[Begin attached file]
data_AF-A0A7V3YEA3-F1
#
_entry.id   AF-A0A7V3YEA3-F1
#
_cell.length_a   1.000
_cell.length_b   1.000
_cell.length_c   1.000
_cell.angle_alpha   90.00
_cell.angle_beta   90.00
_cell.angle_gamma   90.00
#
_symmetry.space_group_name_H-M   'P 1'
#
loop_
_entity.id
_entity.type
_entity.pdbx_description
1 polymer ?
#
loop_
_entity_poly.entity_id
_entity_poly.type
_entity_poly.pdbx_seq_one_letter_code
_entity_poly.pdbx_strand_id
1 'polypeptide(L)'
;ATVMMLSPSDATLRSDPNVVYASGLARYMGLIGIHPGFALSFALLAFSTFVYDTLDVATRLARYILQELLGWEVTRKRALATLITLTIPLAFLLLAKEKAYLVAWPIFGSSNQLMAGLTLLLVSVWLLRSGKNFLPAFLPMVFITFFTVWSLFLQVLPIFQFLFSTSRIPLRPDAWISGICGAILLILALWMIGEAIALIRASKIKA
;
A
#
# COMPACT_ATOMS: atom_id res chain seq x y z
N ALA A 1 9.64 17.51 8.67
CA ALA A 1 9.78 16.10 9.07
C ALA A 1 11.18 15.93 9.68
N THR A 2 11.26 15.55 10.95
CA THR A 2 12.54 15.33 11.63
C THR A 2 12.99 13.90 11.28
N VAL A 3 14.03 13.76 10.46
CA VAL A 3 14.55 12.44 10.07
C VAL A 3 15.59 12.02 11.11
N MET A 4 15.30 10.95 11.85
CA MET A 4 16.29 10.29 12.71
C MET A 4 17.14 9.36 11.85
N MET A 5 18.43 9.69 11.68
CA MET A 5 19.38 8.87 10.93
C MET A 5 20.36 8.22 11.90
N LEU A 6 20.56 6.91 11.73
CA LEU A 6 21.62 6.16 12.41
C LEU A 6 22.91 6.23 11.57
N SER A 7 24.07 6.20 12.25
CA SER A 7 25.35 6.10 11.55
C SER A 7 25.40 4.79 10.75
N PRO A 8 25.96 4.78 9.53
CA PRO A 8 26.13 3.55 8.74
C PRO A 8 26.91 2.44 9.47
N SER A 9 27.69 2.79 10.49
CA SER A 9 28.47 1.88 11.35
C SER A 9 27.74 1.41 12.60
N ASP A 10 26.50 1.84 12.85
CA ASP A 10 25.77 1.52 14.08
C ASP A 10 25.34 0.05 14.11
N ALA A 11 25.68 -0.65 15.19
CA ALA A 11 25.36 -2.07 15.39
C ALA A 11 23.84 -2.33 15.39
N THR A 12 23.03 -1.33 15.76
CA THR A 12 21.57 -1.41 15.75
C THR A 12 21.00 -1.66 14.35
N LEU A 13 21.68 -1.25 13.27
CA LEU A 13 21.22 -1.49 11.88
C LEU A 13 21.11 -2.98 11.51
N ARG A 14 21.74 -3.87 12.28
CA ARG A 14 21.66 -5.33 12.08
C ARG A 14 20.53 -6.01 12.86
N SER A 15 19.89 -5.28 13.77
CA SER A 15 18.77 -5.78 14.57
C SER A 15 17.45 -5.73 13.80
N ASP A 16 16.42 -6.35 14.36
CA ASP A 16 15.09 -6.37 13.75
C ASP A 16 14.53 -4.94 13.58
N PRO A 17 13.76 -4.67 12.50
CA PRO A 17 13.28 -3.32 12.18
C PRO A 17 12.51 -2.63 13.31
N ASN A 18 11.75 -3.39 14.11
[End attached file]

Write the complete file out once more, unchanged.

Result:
data_AF-A0A7V3YEA3-F1
#
_entry.id   AF-A0A7V3YEA3-F1
#
_cell.length_a   1.000
_cell.length_b   1.000
_cell.length_c   1.000
_cell.angle_alpha   90.00
_cell.angle_beta   90.00
_cell.angle_gamma   90.00
#
_symmetry.space_group_name_H-M   'P 1'
#
loop_
_entity.id
_entity.type
_entity.pdbx_description
1 polymer ?
#
loop_
_entity_poly.entity_id
_entity_poly.type
_entity_poly.pdbx_seq_one_letter_code
_entity_poly.pdbx_strand_id
1 'polypeptide(L)'
;ATVMMLSPSDATLRSDPNVVYASGLARYMGLIGIHPGFALSFALLAFSTFVYDTLDVATRLARYILQELLGWEVTRKRALATLITLTIPLAFLLLAKEKAYLVAWPIFGSSNQLMAGLTLLLVSVWLLRSGKNFLPAFLPMVFITFFTVWSLFLQVLPIFQFLFSTSRIPLRPDAWISGICGAILLILALWMIGEAIALIRASKIKA
;
A
#
# COMPACT_ATOMS: atom_id res chain seq x y z
N ALA A 1 9.64 17.51 8.67
CA ALA A 1 9.78 16.10 9.07
C ALA A 1 11.18 15.93 9.68
N THR A 2 11.26 15.55 10.95
CA THR A 2 12.54 15.33 11.63
C THR A 2 12.99 13.90 11.28
N VAL A 3 14.03 13.76 10.46
CA VAL A 3 14.55 12.44 10.07
C VAL A 3 15.59 12.02 11.11
N MET A 4 15.30 10.95 11.85
CA MET A 4 16.29 10.29 12.71
C MET A 4 17.14 9.36 11.85
N MET A 5 18.43 9.69 11.68
CA MET A 5 19.38 8.87 10.93
C MET A 5 20.36 8.22 11.90
N LEU A 6 20.56 6.91 11.73
CA LEU A 6 21.62 6.16 12.41
C LEU A 6 22.91 6.23 11.57
N SER A 7 24.07 6.20 12.25
CA SER A 7 25.35 6.10 11.55
C SER A 7 25.40 4.79 10.75
N PRO A 8 25.96 4.78 9.53
CA PRO A 8 26.13 3.55 8.74
C PRO A 8 26.91 2.44 9.47
N SER A 9 27.69 2.79 10.49
CA SER A 9 28.47 1.88 11.35
C SER A 9 27.74 1.41 12.60
N ASP A 10 26.50 1.84 12.85
CA ASP A 10 25.77 1.52 14.08
C ASP A 10 25.34 0.05 14.11
N ALA A 11 25.68 -0.65 15.19
CA ALA A 11 25.36 -2.07 15.39
C ALA A 11 23.84 -2.33 15.39
N THR A 12 23.03 -1.33 15.76
CA THR A 12 21.57 -1.41 15.75
C THR A 12 21.00 -1.66 14.35
N LEU A 13 21.68 -1.25 13.27
CA LEU A 13 21.22 -1.49 11.88
C LEU A 13 21.11 -2.98 11.51
N ARG A 14 21.74 -3.87 12.28
CA ARG A 14 21.66 -5.33 12.08
C ARG A 14 20.53 -6.01 12.86
N SER A 15 19.89 -5.28 13.77
CA SER A 15 18.77 -5.78 14.57
C SER A 15 17.45 -5.73 13.80
N ASP A 16 16.42 -6.35 14.36
CA ASP A 16 15.09 -6.37 13.75
C ASP A 16 14.53 -4.94 13.58
N PRO A 17 13.76 -4.67 12.50
CA PRO A 17 13.28 -3.32 12.18
C PRO A 17 12.51 -2.63 13.31
N ASN A 18 11.75 -3.39 14.11